The majority of opener “cats” is actually not very punk-rock in its songwriting style; the mid-tempo tension is much more reminiscent of Dashboard Confessional or Death Cab for Cutie than The Wonder Years or Blink-182. The unassuming beginning allows for a shiver-inducing moment when the ratchet up to a pounding, hollering conclusion. “You mean everything to me,” indeed.

“Cuckold” reminds me of Say Anything in the vocal delivery and rhythmic style, while “Drown Around” makes good on the Pedro the Lion RIYL they sent me. (Longtime David Bazan collaborator TW Walsh mastered profanity.) “Flannery” invokes the Catholic author’s work and words to continue her conflicted feelings about the evil in the world and ourselves. It’s one of the most interesting lyrically and most enjoyable musically.

I’ve gotten this far without noting that David Wimbish of IC faves The Collection played brass, recorded, and mixed the record, but he totally did, and that’s awesome. Thoughtful lyrics, punk-rock adrenaline, David Wimbish, TW Walsh, and free? How can you pass this up? You shouldn’t. Sinai Vessel is an impressive outfit that I look forward to hearing more from. Highly recommended.

On Joyful Wings releases the best compilation album I've ever heard

May 23, 2010

I am a big fan of compilations. Twenty or more bands to check out at once in a format that plays them end to end while I chill? Yes please. On Joyful Wings‘ compilation We Were Lost, We Were Free is the best compilation I’ve ever heard, bar none. It even trumps Deep Elm‘s enormously influential Too Young to Die; seeing as I discovered my favorite song of all time via that comp (Appleseed Cast‘s “Fishing the Sky”), please know that I’m endowing an immense amount of praise in those words.

The reason it’s the best ever is because out of the 21 bands featured, there’s only two bands whose offerings I didn’t enjoy. Furthermore, I was inspired to go get more music from eight of these bands. Add in the fact that I already own music by three of these bands, and you’ve got an 11/21 conversion rate. That’s enormous for a comp. Mostly I find one or two bands off a comp that I enjoy enough to follow. These guys know what’s up when it comes to tracking a comp.

The bulk of the tracks here are gorgeous, flowing acoustic tunes; there are a couple indie-rock tracks, an indie-pop song and an excellent pop-punk tune by Chasing the Sky, but other than that it’s all acoustic. Holcombe Waller contributes “Risk of Change,” which has brilliant melodies, solid lyrics and a contained energy that makes the song infectious. I’ve listened to it 22 times already. I’ve also listened to “Umbrellas (Acoustic)” by Sleeping at Last 22 times; the track itself is gorgeous in its construction, and this acoustic version translates beautifully.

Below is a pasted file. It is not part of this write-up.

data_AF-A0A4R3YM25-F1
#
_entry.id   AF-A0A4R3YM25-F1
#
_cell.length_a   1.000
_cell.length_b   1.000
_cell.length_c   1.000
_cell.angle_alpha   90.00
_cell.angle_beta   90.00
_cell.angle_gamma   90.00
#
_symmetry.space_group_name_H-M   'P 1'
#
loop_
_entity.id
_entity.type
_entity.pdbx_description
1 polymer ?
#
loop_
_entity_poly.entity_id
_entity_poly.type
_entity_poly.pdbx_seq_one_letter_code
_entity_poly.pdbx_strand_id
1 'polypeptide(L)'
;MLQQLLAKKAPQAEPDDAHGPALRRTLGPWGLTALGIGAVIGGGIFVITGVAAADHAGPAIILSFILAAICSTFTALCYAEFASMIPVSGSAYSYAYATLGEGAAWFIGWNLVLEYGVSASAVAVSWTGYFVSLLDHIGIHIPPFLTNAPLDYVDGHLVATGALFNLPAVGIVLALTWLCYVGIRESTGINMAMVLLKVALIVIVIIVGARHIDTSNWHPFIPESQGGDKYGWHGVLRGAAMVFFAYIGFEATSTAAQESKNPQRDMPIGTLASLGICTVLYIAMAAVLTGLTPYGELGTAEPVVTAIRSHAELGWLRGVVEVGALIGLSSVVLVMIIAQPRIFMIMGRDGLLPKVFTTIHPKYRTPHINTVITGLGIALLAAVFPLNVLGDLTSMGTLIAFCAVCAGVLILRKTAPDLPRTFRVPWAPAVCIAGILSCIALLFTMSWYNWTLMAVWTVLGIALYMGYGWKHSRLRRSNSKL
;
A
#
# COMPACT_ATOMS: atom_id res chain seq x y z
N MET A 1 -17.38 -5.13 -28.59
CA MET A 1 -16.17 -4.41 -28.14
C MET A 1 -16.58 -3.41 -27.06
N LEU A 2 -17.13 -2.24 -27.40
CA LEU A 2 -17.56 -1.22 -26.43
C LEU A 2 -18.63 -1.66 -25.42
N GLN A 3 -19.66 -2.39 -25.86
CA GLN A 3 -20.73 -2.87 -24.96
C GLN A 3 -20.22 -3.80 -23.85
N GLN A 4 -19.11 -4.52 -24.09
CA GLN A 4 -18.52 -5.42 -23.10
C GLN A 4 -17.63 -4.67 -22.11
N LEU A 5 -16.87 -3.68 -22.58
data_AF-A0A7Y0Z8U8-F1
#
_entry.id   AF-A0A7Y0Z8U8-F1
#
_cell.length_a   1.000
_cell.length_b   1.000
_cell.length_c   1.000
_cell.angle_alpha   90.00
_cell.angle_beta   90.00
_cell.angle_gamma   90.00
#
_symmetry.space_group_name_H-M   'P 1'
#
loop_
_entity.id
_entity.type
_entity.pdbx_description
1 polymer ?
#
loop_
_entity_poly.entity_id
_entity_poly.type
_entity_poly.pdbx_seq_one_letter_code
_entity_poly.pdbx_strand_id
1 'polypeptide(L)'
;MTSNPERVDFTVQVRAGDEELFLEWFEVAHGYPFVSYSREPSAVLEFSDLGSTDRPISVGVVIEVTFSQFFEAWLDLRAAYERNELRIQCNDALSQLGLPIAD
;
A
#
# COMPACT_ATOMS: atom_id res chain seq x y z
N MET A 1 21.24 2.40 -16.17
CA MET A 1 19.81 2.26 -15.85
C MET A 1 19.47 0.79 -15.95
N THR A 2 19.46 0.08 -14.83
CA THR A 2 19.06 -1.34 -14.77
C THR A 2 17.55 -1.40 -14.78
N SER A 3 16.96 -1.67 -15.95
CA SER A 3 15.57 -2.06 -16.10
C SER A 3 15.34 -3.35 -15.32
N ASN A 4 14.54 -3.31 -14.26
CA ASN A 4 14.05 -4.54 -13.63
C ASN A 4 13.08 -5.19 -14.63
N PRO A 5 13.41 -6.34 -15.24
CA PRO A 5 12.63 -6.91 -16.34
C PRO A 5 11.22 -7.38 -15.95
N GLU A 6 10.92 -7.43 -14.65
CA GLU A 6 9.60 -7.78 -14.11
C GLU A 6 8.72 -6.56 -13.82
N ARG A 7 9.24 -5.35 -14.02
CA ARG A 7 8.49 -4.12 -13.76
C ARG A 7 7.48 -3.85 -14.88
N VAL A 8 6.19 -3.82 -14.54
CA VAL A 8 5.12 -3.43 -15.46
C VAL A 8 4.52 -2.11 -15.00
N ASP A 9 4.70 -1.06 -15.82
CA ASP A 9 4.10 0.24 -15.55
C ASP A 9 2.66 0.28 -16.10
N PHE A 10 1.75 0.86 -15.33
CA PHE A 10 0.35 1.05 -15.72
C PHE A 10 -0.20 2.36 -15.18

Carl Hauck‘s “To Coast” was written specifically for this comp, and its optimism through depression sets the tone for the whole album for me. Ikaik offers up a soul-crushing (yet still beautiful) tune that contradicts that last statement, as there’s little hope in the lines, “you can hate me/you have got the right/and when you leave tomorrow/don’t say goodbye/and don’t try to change my mind.”

TW Walsh (ex-Pedro the Lion) contributes a really nice change of pace with a goofy, upbeat tune; Tom Hoekstra reinterprets “Be Thou My Vision” excellently; Josh Woodward goes all Depression-era troubadour tales on us; Fireflies offers a beautiful “fields at dusk”-type piece; and Jeremy Larson leads off the set with an impeccable piece of melodic, cinematic pop.

If a 19/21 success rate and a 11/21 conversion rate aren’t enough to convince you, perhaps the fact that you get all that plus contributing five dollars to the Susan G Komen Breast Cancer Foundation should pique your interest. Great tunes and a charitable feeling in your soul. At this point, your only question should be “why didn’t you tell us about this sooner?” and the reason for that is that I’m a jerk. and I’m busy. But mostly a jerk.

But seriously, get over to their Bandcamp page and download it. You will not regret it if you like acoustic music. It’s an absolutely incredible collection, and I absolutely can’t wait for their next project, which they’re already working on. I promise I’ll tell you about it quicker next time.

Stephen Carradini and friends write reviews of bands that are trying to make the next step in their careers.